25 June 2009
Driving from Singleton, New South Wales (NSW), towards the town of Pokolbin, the winter sun warms me in the passenger seat. Rohan and I plan to spend the day in the Hunter Valley, sampling some of the wines on offer there. As Australia’s oldest wine producing region – the first vineyard opened its doors in 1828 – and one of the most scenic, we're looking forward to a day of sampling some of the famous Shiraz and Semillon the area is so well known for.
The first few vineyards we pass show no sign of life. I suppose this must be the time of the year when the growers go on holidays, though I can’t imagine they’re aching to get away from such a beautiful place. As we pass a few more that are shut, we wonder if the day is going to be a bust.
Luckily we chance upon IronBark Hill Vineyard. We pull in and travel down the long driveway that is surrounded on both sides by barren grape vines that are backed up by mighty gum trees. We enter the tasting room – an airy, softly lit, earthy colored room – and are greeted with a friendly ‘hello’ from the unpretentious looking brunette woman behind the counter. The wine starts flowing.
First up is a delightfully tangy Semillon, the wine that the Hunter is best known for. We learn that Semillon is best drunk within the first few years or if your plan is to age it, ensure it’s left for six or more years because from about three to six years old, Semillon goes through a flat period. After that, it is more mature and loses it youthful zest, but is beautiful to drink. If only wine ever hung around our house long enough. . .
We hopped across the road from IronBark to Piggs Peake. Here the greeting wasn’t nearly as friendly. We'd clearly interrupted the man who serves wine, but we stick around anyway and try a Marsanne (mmmm), Verdelho, Shiraz and Vintage Port. Not many places make Vintage Port anymore the owner explains, but here they use an aged brandy and Shiraz grapes. I'm not mad about the port, but perhaps in a few years it'll be good drinking.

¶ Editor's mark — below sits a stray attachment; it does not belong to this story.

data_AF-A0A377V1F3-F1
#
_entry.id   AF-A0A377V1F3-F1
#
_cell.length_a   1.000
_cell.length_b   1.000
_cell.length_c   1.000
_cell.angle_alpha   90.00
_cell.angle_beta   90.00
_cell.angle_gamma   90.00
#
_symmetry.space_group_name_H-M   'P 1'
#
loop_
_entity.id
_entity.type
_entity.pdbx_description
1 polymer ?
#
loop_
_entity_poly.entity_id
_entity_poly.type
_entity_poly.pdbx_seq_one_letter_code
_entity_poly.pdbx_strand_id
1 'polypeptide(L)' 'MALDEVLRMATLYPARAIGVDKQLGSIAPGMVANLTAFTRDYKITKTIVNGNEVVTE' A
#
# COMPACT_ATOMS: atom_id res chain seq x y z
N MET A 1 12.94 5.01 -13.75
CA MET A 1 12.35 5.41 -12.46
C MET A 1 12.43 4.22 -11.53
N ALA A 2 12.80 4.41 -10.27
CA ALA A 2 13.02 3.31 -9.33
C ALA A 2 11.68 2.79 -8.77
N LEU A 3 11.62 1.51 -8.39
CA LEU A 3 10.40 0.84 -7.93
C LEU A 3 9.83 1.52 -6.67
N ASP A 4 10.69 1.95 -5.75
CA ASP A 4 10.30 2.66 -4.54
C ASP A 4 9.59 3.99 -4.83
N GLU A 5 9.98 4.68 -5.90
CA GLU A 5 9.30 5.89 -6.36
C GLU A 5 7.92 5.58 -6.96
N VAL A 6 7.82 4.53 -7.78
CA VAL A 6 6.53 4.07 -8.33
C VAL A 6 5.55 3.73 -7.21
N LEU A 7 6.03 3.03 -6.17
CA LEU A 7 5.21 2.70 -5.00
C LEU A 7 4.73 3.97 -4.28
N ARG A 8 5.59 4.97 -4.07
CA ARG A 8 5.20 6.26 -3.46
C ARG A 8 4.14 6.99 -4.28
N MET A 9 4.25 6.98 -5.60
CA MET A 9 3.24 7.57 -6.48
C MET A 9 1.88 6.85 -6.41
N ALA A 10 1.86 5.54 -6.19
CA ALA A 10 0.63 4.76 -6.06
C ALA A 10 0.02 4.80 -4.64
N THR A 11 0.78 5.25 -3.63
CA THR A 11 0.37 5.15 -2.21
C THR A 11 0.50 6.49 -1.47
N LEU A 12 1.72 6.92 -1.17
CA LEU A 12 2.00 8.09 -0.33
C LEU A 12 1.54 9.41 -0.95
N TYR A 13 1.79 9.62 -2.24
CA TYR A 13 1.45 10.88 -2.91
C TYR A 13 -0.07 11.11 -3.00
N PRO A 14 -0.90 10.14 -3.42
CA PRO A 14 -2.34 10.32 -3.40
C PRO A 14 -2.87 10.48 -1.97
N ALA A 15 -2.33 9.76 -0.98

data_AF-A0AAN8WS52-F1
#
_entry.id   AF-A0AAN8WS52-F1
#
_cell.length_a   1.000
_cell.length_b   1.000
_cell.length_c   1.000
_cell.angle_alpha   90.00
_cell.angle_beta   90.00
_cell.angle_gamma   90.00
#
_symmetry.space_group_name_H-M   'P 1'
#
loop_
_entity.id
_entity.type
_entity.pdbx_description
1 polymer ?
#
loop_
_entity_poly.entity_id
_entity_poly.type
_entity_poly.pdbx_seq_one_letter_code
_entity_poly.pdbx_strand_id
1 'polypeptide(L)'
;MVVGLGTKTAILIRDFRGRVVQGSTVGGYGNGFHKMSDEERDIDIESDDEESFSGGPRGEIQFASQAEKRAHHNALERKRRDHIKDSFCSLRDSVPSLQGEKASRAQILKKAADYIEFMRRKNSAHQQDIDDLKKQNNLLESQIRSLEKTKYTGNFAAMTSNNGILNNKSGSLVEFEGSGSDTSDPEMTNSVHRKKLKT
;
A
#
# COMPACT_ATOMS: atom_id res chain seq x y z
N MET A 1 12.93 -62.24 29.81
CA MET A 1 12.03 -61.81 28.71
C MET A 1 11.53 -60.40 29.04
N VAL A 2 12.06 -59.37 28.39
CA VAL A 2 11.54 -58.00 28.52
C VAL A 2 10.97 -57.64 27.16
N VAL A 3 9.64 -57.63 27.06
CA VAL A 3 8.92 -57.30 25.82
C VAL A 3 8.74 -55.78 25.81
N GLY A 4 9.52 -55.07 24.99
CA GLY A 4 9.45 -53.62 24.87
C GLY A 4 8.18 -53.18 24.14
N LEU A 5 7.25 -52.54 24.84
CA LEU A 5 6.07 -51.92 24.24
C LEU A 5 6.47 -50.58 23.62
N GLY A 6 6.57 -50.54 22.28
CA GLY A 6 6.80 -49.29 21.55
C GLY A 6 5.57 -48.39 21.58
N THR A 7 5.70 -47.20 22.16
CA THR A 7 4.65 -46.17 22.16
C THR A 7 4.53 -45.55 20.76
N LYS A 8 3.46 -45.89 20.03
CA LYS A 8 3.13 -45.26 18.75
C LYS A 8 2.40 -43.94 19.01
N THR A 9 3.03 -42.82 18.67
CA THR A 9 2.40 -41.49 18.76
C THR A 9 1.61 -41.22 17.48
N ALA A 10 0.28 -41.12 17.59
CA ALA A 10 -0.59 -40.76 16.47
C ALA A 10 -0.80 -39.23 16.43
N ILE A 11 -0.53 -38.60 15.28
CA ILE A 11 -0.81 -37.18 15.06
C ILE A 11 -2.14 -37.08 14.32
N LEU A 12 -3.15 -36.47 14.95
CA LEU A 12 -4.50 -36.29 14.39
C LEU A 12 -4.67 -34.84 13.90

At Tempus Two, we enjoyed the view across green hills, billabongs, grape vines and gum trees, complemented by the gurgling fountains and bright sunshine. We sampled some unique wines here: a sparkling blush; light Tempranillo; and a rich Shiraz were my favorites.
At this point in the day, I wouldn't call myself sober. We'd been wine tasting for a couple of hours and I'm more than a few glasses in. Luckily the wineries offer water along with the wine, so that's keeping me from falling over. I know you can swish the wine around your mouth and spit it out, but that seems just plain wasteful.
Our next stop is Drayton Family Wines. Here there are a lot of wines on offer, but the only one worth mentioning is the 1999 Joseph Shiraz made up of hand-picked grapes (as opposed to machine picked) from 60 or 70 year old vines. What a nice drop! Of course at $70 a bottle, it would want to be!
We decided to walk to the next vineyard. Rohan was kind enough to offer to drive (he grudgingly accepts his role as the responsible one), but even he was feeling a bit tipsy, so the hope was that a walk would sober us both up. About a kilometre and a half away we came upon the Mount Pleasant Estate, where we had a few samples of wine and bought a beautiful bottle of Chardonnay.
The sun was sinking low, so we made our way back to our friend's house at Singleton. Such a lovely day though, if you're ever in the area, go have a look and a taste of the Hunter Valley!